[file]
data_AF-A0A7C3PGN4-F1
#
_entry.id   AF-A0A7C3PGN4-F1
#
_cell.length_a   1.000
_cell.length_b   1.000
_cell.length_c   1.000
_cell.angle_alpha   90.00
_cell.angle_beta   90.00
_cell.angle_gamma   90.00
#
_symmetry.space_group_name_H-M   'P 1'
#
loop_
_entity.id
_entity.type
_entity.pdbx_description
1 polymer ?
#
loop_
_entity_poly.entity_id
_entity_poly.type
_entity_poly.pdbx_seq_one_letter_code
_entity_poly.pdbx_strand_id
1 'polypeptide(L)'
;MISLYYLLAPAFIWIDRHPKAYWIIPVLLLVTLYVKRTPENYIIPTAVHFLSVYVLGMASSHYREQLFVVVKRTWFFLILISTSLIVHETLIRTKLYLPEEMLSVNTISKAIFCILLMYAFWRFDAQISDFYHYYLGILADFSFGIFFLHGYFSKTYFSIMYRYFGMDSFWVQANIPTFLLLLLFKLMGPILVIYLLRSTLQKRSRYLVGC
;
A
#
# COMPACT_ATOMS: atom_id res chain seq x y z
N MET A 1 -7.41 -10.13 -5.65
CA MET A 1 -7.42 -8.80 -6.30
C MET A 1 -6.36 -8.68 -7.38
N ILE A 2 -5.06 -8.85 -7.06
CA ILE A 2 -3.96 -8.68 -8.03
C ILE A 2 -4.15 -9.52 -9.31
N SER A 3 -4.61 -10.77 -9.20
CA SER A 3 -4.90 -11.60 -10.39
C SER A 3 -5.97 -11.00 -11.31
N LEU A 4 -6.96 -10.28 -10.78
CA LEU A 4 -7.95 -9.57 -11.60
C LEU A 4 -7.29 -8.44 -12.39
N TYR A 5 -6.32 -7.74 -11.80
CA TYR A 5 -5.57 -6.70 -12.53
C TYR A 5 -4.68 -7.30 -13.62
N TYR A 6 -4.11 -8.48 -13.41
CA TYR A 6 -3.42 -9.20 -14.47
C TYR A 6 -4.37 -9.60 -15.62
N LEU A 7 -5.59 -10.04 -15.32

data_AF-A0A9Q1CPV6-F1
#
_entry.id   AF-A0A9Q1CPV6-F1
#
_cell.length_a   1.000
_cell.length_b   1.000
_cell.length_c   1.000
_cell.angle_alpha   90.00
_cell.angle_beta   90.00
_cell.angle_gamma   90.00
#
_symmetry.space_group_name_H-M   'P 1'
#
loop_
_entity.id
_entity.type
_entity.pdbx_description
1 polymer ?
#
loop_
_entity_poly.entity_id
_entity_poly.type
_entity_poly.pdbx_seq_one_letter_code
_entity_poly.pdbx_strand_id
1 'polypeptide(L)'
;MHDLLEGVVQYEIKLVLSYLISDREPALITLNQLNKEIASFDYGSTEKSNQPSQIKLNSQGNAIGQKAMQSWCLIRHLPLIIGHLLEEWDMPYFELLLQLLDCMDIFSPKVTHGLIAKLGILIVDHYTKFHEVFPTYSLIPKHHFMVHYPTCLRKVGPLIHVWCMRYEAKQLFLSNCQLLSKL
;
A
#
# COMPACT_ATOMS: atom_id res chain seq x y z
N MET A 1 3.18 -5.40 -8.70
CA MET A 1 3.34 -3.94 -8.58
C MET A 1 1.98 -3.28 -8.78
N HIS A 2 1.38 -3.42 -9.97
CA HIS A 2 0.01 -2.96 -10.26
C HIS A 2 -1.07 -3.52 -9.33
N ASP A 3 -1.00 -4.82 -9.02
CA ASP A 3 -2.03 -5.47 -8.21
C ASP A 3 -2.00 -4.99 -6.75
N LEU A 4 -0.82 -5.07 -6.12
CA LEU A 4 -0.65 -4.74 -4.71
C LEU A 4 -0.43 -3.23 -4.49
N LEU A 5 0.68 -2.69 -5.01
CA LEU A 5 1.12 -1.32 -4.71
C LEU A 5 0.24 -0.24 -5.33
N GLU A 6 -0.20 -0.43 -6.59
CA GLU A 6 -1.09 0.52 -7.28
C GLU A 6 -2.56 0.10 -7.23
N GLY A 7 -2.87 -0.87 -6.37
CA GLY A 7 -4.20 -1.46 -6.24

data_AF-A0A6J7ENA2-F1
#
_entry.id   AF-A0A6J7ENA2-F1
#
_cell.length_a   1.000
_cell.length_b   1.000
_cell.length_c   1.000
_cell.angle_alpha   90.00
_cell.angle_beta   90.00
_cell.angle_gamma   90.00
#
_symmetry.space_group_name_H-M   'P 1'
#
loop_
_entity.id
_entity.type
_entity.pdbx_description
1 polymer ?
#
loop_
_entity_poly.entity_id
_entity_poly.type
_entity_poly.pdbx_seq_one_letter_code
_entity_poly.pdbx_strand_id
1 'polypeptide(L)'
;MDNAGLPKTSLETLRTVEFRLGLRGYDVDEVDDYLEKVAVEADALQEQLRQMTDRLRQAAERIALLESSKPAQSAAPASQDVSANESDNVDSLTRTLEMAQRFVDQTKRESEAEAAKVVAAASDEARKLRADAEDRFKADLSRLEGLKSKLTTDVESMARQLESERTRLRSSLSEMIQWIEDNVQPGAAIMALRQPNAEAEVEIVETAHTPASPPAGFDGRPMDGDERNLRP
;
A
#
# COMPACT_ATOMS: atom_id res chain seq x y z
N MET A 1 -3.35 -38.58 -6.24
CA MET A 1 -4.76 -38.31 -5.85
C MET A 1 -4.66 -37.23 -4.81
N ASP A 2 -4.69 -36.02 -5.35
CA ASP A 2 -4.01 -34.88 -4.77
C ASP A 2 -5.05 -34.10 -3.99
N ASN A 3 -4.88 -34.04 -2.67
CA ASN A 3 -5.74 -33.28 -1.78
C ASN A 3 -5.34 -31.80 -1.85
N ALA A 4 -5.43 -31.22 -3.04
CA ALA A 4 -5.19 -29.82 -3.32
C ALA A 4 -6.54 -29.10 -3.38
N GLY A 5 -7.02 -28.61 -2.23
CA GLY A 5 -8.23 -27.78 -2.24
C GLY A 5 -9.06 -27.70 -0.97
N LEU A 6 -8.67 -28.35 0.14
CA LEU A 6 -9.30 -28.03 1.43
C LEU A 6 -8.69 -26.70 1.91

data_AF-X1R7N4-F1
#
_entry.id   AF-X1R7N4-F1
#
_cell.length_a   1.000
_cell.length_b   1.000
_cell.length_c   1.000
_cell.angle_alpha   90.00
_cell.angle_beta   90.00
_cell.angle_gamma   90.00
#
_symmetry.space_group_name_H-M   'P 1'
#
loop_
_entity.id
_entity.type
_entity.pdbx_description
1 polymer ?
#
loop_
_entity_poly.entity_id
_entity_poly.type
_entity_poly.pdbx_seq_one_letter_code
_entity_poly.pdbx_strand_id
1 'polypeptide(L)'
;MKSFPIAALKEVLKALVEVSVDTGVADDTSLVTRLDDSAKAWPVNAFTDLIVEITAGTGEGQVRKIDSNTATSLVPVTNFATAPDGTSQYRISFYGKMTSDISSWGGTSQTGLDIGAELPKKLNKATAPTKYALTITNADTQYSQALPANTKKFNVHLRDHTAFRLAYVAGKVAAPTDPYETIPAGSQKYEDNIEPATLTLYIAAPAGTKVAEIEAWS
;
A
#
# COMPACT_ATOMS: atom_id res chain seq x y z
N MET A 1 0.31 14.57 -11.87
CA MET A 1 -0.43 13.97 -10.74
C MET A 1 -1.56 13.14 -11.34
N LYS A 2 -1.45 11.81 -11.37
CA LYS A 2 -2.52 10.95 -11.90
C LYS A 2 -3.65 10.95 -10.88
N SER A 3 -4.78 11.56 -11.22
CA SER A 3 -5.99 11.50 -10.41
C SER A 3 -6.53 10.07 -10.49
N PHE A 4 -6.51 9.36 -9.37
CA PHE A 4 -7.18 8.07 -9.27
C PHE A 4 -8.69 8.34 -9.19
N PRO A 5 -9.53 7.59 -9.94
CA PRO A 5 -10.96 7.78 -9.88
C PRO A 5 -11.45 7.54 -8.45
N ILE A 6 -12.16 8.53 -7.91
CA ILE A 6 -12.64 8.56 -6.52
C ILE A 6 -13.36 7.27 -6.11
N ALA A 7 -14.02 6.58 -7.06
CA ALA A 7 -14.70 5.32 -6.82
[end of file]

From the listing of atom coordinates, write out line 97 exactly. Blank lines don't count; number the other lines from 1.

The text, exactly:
C GLU A 6 -2.56 0.10 -7.23